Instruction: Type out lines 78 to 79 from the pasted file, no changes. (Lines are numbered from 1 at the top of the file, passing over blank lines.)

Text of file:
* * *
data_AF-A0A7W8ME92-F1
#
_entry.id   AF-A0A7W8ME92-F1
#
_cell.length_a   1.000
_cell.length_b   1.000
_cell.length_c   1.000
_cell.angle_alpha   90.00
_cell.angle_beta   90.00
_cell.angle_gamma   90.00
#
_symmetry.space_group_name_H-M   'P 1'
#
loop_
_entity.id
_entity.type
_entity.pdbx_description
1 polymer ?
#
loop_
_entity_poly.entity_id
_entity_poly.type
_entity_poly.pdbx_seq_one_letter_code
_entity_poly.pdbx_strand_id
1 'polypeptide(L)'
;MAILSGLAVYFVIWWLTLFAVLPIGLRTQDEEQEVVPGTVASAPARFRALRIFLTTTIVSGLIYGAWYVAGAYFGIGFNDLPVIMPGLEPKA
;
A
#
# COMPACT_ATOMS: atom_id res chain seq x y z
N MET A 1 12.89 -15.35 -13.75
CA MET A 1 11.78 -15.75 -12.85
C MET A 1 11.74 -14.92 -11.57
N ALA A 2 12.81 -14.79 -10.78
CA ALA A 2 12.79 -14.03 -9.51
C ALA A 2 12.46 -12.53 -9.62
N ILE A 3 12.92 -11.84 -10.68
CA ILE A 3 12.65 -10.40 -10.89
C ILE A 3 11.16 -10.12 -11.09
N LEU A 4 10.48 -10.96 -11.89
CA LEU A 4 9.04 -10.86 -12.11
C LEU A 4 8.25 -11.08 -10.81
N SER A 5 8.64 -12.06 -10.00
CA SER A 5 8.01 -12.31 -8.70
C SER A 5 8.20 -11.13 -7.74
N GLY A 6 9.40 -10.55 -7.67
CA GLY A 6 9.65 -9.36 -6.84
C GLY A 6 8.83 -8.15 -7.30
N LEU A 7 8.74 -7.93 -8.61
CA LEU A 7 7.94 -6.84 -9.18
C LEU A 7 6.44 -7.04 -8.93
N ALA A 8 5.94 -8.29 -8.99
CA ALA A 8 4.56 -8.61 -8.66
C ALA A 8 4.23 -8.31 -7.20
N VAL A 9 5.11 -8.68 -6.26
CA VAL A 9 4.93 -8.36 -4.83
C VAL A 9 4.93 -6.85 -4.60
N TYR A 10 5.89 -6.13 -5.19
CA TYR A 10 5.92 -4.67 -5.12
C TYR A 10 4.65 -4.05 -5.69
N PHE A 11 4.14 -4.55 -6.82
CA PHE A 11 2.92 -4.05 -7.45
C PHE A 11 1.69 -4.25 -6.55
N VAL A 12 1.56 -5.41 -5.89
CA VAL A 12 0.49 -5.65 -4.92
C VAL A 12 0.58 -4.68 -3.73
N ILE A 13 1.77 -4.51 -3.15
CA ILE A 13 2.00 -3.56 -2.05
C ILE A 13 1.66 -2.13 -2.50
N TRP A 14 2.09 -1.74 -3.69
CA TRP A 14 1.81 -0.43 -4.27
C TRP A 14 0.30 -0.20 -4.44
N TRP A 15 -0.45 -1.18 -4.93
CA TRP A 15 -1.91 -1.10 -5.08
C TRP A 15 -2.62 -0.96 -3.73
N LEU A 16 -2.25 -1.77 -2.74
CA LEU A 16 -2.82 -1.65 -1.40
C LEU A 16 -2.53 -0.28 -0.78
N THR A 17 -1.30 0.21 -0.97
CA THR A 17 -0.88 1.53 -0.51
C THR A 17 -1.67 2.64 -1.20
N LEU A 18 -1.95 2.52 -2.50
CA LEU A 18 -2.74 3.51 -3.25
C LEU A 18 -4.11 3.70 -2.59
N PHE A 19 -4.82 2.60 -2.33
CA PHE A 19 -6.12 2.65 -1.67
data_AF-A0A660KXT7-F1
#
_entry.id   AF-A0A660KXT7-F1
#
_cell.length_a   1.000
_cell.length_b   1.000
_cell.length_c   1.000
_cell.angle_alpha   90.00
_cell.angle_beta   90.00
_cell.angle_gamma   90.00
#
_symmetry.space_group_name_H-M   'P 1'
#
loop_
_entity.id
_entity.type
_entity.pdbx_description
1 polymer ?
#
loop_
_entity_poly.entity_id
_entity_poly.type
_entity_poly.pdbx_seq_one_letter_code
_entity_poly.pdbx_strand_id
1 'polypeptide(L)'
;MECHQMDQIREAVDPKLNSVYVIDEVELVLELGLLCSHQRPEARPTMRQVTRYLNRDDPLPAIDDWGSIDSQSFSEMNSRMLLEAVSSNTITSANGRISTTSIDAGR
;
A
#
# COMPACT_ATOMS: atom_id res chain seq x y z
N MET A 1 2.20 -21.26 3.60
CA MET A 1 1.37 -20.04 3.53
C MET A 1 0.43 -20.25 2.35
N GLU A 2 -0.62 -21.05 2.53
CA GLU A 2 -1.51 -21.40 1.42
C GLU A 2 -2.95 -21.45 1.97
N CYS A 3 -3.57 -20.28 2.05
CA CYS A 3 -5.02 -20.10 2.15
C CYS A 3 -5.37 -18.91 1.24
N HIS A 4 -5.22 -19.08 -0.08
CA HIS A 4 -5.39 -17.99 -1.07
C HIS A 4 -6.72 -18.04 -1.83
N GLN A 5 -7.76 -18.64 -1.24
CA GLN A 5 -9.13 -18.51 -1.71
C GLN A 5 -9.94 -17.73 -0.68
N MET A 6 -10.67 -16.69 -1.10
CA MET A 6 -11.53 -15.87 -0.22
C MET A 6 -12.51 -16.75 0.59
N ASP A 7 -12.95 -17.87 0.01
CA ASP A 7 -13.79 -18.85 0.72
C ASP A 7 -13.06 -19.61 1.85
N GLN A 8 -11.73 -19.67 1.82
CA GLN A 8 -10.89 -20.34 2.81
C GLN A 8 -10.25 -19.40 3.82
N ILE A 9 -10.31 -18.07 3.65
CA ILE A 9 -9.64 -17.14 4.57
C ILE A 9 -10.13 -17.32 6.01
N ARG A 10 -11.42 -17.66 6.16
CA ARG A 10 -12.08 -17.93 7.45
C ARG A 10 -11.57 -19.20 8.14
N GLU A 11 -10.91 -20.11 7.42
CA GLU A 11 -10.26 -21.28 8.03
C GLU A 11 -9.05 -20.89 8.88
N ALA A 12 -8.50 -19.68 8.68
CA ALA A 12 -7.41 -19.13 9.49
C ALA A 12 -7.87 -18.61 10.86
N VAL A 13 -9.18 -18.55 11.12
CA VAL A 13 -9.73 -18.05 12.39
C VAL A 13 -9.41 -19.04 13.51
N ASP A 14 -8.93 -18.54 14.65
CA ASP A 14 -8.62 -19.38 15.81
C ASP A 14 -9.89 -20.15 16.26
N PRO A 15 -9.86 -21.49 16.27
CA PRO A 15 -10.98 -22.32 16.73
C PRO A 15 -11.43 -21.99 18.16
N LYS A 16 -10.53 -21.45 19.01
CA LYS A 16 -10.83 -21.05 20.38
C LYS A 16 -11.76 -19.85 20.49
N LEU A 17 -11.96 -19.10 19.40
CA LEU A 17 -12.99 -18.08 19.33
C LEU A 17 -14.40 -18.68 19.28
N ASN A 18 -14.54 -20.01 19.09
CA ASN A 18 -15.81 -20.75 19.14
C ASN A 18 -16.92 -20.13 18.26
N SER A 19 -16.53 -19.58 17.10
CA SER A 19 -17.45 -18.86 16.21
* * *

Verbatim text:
C LEU A 16 -2.53 -0.28 -0.78
N THR A 17 -1.30 0.21 -0.97